By BRETT HAMBRIGHT
_____’s newly-found freedom might just be the tip of the iceberg.
_____ was relieved last month from a 6-to-12-year prison sentence due to a flaw in Megan’s Law, a database which includes the registration system for convicted sex offenders.
Now, prosecutors across the state are surveying how many other offenders will benefit from a recent state Supreme Court ruling that deemed part of the registration system “unconstitutional.”
Numerous others could be owed the same relief as _____: dismissal of felony charges.
“I can’t imagine there aren't others out there,” Lancaster County First Assistant District Attorney Christopher Larsen said last week, while perusing local cases.
Not all sex offenders will be getting relief.
The high-court ruling only affects failure to register under Megan’s Law charges, not actual sex crimes.
And only offenders under specific registration requirements that were charged with failure to register between 2005 and December 2012 are eligible.
However, locals say, that could be quite a number of cases.
Larsen estimates “under 50” Lancaster County sex offenders will be eligible for relief, although prosecutors are still sifting through cases for an exact number.
It’s unclear how many of those locals are currently serving prison terms for the charges under review.
“It’s going to be a case-by-case determination,” Larsen said. “If there’s another avenue we can argue [to avoid dropping charges], then we’ll take it.”
That wasn’t an option in _____’s case. Charged in 2010 with two counts of failure to register, the local public defender’s office appealed on _____’s behalf. He was freed on Jan. 27 — and spared of up to 10 more years behind bars.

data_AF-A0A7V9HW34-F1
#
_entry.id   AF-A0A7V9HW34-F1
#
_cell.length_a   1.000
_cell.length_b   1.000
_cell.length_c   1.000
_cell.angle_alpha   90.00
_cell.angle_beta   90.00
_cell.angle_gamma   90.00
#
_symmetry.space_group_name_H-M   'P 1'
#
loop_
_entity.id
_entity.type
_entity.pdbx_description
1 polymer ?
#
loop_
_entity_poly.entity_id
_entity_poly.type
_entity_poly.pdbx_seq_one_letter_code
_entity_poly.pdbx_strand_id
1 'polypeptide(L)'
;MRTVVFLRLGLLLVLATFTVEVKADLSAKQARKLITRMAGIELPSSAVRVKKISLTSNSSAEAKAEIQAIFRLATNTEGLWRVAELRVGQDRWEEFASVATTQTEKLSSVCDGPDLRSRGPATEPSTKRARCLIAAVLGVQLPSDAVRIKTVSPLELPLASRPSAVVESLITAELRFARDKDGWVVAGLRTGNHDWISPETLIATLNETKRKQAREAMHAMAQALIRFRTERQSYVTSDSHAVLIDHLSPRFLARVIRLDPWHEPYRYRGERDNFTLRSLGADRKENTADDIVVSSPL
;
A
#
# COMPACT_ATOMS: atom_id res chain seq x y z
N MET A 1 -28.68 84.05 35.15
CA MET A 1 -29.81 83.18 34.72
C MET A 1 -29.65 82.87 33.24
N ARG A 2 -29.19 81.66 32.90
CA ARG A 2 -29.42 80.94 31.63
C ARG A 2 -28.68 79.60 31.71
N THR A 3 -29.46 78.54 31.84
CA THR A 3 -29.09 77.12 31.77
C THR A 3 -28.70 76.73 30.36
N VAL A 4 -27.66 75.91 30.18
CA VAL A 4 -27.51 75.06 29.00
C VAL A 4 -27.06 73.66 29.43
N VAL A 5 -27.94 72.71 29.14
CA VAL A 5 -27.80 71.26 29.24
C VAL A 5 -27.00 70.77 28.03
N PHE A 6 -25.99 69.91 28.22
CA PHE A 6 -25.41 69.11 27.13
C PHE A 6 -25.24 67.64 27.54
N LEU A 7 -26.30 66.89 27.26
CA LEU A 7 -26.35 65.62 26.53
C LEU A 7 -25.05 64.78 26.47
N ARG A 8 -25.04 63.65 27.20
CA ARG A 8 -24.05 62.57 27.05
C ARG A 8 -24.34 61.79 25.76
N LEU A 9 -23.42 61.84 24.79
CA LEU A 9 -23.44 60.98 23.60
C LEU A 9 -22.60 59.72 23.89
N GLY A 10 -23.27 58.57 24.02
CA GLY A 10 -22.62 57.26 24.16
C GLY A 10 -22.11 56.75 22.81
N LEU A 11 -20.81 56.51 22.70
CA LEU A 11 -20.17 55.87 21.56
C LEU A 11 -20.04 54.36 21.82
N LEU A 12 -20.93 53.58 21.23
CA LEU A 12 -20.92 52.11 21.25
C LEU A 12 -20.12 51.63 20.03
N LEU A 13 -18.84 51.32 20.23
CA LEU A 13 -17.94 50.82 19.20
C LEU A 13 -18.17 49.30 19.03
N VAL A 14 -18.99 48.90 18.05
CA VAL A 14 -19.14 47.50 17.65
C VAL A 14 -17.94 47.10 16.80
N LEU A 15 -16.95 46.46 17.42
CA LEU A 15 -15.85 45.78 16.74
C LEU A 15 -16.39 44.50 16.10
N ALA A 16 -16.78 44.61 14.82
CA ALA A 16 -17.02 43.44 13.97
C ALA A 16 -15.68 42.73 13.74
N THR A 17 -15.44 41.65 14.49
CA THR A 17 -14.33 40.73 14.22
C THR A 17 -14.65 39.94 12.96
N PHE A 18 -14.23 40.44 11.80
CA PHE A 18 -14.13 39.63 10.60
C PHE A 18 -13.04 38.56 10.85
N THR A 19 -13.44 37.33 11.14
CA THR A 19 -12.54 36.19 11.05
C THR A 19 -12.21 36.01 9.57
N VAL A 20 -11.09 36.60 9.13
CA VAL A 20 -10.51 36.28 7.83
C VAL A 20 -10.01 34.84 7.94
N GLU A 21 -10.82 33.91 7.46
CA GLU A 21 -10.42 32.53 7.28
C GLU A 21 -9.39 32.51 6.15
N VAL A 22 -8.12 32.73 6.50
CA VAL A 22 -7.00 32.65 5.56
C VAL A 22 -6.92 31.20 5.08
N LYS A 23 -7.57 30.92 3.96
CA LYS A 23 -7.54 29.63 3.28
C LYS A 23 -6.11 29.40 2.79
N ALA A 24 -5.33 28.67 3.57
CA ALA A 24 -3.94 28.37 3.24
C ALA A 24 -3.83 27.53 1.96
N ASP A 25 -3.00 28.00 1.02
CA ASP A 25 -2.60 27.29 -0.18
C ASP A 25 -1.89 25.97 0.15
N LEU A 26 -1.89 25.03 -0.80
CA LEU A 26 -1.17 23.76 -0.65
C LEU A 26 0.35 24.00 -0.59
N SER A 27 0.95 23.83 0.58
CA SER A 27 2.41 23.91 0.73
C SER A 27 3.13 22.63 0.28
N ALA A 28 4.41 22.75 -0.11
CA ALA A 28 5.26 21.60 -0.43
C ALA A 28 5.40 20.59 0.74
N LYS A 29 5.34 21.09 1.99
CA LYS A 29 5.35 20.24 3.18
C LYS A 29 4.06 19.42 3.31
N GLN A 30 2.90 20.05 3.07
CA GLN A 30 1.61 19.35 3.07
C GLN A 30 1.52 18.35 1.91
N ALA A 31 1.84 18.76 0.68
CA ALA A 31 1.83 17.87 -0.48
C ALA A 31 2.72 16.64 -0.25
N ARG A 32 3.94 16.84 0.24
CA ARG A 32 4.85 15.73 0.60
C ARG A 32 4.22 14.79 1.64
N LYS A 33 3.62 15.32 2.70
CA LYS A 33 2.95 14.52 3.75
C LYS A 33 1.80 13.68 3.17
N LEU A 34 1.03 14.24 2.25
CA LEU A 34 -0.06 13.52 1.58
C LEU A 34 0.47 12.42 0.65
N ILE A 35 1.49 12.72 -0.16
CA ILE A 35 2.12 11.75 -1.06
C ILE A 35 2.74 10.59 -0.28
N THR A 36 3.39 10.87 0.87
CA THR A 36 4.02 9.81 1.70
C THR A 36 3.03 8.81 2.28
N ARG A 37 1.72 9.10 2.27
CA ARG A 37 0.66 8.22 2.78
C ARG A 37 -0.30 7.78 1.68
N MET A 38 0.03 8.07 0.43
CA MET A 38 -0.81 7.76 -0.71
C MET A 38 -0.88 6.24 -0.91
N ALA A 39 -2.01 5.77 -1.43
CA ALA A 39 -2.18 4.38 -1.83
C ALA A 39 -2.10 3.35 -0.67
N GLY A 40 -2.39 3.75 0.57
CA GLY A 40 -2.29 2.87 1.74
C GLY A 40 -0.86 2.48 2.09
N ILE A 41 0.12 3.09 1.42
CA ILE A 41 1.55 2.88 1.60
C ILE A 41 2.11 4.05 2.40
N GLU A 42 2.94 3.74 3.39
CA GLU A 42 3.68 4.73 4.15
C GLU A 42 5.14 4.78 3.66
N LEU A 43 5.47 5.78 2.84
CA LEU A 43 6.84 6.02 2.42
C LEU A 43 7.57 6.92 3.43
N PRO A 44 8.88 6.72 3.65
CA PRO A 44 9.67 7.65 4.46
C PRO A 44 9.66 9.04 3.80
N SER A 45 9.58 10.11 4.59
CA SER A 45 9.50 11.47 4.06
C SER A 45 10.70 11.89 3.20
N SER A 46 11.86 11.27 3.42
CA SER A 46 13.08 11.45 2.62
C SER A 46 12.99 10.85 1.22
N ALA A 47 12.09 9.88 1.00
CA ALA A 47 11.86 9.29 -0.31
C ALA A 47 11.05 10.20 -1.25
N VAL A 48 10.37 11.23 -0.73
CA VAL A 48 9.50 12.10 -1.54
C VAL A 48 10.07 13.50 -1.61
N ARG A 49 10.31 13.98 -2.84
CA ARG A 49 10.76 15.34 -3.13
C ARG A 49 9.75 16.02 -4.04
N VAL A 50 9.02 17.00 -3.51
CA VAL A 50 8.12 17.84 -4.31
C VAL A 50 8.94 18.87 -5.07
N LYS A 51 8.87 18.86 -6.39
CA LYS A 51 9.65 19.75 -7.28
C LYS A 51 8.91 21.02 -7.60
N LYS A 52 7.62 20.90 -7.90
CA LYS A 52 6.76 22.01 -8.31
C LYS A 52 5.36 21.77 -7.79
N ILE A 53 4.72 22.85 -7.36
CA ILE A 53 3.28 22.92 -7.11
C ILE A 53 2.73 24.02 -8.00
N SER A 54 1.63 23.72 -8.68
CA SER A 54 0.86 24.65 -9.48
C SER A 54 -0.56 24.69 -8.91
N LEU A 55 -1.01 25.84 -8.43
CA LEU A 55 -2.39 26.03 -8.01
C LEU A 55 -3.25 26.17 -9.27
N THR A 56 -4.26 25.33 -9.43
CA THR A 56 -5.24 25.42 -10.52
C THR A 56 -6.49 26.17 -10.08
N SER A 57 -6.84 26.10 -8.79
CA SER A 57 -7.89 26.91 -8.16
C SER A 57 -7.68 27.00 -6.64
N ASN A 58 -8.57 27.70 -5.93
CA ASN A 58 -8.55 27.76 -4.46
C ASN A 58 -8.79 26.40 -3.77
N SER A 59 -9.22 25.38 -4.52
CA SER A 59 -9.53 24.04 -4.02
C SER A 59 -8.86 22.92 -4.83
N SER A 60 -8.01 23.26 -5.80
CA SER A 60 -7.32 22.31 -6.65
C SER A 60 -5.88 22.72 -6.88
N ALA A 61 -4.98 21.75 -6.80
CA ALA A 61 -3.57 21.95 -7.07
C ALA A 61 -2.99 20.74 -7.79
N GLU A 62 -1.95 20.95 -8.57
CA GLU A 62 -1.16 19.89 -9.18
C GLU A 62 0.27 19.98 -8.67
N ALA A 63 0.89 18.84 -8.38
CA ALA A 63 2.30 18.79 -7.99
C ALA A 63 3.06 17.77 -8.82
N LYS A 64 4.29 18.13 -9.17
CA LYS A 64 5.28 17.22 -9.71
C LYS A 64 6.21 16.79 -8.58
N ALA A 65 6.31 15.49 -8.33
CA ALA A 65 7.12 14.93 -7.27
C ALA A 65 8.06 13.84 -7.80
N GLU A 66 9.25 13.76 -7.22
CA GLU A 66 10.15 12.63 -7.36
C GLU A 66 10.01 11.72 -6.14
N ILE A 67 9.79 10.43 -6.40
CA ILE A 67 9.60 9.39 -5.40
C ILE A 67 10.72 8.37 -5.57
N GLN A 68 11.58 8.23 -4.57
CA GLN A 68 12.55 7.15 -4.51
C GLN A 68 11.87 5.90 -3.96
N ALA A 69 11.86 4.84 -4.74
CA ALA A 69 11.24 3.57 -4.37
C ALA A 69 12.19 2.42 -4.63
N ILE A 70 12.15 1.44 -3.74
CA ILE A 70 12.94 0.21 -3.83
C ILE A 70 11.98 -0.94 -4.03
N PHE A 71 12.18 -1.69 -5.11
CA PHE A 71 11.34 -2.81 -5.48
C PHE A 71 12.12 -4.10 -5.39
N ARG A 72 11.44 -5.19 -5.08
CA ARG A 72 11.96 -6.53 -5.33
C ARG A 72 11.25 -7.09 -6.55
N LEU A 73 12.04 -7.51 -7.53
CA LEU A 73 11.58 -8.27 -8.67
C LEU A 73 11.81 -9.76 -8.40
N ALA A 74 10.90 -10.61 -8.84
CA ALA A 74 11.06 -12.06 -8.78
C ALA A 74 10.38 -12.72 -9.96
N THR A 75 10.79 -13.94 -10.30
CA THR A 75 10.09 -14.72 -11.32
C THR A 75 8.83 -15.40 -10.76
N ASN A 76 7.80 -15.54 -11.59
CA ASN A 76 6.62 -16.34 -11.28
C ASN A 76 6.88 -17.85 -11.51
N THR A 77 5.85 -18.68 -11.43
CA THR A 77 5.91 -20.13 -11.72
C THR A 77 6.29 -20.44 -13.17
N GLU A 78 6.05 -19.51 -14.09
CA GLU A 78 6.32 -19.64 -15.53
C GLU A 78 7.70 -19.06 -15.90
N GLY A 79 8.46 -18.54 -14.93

Lancaster County is home to more than 450 convicted sex offenders who register under Megan’s Law, which is now supplemented by Adam Walsh Act. An estimated 15,700 offenders live in Pennsylvania, according to a state police database.
All are required on at least an annual basis to notify police of their whereabouts.
In December, the state Supreme Court ruled that revisions to Megan’s Law made by lawmakers in 2004 are, essentially, no good. Those revisions included registration rules for certain offenders, the high court ruled.
The opinion opened the door to the review of seven years worth of charges lodged against sex offenders under Megan's Law.
“It can be argued that (Supreme Court decision) creates a complete defense to an ongoing prosecution ... for an (applicable) offense that was committed before December 20, 2012,” Lancaster County Chief Public Defender James Karl said, after his office won the _____ appeal.
It’s unclear what will happen in cases in which an offender has already served a sentence for failure to register between 2005 and 2012.
Prison is often the penalty for those convicted of failing to register. The charge carries a mandatory minimum prison term of between 2 and 7 years, depending on the offender’s prior conviction, according to Karen Mansfield, senior prosecutor in the district attorney’s special victims unit.
The high court stayed its ruling to nullify pre-existing Megan’s Law for 90 days, giving police and prosecutors a head start to deal with the affected cases.
_____, convicted in 2003 of aggravated indecent assault of a minor, will still be required to register his whereabouts under the new system.
And so will others affected by the Supreme Court decision, according to State Rep. Bryan Cutler, a Peach Bottom Republican.
“The registration requirements are still in effect,” Cutler said last week.
Mansfield said the charge of failure to register also will remain.
Cutler and State Rep. Ryan Aument, of Landisville, pointed out that HB 1985 — a revision of law that keeps those registration requirements in place — recently unanimously passed the state House.
Both representatives are optimistic the new registration laws will stick.
Meanwhile, potentially hundreds of offenders statewide are getting a chance to capitalize on the state Supreme Court ruling.